RALEIGH -- If you wake up the morning after a snowstorm and decide it's unsafe to get out on the roads to go to work, you'd better hope your boss agrees.
If he/she doesn't, you could be fired and there is likely no legal recourse for you or any other worker who goes against their company's wishes.
Mary Mackey works in downtown Raleigh and told ABC11 when winter weather hits she is concerned about what the roads will look like by rush hour.
"In a state like this where we don't have the same kind of infrastructure, the roads might not be cleared," Mackey said.
Co-worker Sam Howes is from Massachusetts where winter weather is bad and laws for workers are good or at least better than North Carolina.
"I think an employer has the right to do what they want with their employees, make decisions for their business, he said. "But I also think there's a human element to business that you have to be cautious of."
But North Carolina is what's known as an "at-will" state.
While that sounds like it's all about the workers, it's not.
"What it really means is in North Carolina an employer has the right to terminate you for any reason or no reason at all. It can be capricious, it can be arbitrary," Raleigh attorney Rob Lane told ABC11.
Lane says employers only have to follow federal anti-discrimination guidelines but other than that can fire any worker for any reason or no reason at all.
Lane, who has handled some high-profile employment cases, says there is one possible loophole - based on public policy law - that hasn't been tested in court.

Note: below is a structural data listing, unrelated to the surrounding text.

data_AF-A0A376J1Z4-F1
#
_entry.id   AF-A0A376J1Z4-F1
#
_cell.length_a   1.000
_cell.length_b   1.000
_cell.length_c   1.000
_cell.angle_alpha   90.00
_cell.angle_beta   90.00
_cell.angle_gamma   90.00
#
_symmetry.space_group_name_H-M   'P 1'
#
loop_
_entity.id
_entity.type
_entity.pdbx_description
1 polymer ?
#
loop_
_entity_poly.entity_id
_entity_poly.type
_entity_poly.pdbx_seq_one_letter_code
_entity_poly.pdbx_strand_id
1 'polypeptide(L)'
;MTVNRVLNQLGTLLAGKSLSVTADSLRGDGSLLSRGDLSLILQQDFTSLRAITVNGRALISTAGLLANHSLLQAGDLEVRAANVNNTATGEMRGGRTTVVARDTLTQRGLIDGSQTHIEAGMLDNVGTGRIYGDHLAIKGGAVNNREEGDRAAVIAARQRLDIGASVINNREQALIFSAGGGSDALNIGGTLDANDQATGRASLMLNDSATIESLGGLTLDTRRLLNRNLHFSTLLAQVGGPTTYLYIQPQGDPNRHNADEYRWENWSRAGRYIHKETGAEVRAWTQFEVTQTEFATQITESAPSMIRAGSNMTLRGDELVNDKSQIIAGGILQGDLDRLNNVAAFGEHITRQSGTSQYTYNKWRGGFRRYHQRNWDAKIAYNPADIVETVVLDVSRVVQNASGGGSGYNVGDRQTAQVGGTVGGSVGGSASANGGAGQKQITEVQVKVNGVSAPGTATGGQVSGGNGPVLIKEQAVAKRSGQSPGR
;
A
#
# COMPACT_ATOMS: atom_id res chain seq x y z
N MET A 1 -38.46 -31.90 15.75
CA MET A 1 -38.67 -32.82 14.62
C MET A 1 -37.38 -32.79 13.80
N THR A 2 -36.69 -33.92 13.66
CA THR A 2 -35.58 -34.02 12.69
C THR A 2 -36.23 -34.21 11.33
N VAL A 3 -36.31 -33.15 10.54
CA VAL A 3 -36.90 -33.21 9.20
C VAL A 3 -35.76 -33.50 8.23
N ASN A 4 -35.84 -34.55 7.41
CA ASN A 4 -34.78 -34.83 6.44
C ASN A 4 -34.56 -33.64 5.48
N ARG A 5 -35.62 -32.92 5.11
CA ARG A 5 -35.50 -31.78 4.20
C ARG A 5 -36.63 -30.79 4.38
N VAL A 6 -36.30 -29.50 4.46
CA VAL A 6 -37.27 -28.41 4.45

And it all depends on North Carolina's governor.
"If he declared a state of emergency and then you didn't go to work and they terminated you for that, would that be a violation of public policy because the governor's come on and said, 'We're in a state of emergency. Don't get on the roads,' Lane said.
He added, "So if you do that are you violating the public policy of the governor saying don't get out there and drive?"
The bottom line is a classic employee/employer conflict.
Employees don't mind an unexpected day off.
Businesses don't like losing work days to weather.
Lane says employees should talk to their bosses about company policy and their feelings toward workers who feel it's unsafe to travel to work.
These days many employees can work at home using a computer to access most of the resources they have in the office.
And if someone is threatened with termination they should offer to make up the time missed.
Lane says safety comes first in his office.
Can your boss fire you for not showing up on a snowy day?
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